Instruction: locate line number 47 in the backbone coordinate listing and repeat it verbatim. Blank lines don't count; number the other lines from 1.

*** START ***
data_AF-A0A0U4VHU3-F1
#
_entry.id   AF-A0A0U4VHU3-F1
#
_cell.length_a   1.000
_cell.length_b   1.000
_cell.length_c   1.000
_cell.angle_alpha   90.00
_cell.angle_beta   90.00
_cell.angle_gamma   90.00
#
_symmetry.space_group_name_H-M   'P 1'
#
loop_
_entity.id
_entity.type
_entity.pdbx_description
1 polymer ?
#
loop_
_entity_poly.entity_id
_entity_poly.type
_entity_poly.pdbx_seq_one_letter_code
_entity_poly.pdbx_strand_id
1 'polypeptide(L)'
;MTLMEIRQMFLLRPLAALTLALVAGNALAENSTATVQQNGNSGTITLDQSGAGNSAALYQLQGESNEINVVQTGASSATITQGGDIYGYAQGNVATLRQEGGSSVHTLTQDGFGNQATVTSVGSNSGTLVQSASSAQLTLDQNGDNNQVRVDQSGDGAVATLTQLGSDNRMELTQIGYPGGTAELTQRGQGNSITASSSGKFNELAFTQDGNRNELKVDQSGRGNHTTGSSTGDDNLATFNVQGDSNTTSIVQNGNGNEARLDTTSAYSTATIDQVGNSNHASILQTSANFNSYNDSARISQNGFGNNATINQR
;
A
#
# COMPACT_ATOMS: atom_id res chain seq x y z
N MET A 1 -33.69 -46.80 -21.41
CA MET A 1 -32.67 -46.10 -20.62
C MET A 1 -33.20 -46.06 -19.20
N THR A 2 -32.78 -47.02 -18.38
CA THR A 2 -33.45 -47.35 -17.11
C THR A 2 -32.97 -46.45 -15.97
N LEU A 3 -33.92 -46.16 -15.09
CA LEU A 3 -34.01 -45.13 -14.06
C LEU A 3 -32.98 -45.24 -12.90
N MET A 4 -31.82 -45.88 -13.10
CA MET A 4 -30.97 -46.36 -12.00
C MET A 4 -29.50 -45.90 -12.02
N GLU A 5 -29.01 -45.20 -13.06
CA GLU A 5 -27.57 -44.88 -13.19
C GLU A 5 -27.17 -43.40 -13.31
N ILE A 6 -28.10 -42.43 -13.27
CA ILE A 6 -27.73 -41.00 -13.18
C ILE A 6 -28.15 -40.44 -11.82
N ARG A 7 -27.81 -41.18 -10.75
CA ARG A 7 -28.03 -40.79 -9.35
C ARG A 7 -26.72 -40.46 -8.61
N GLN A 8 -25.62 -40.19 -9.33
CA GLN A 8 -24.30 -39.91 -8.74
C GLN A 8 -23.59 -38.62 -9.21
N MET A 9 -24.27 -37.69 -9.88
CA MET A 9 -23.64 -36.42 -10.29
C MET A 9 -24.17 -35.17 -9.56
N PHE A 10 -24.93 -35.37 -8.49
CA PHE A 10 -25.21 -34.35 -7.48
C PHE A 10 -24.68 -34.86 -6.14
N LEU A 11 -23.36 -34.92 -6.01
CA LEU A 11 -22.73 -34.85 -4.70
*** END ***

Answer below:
CA ILE A 6 -27.73 -41.00 -13.18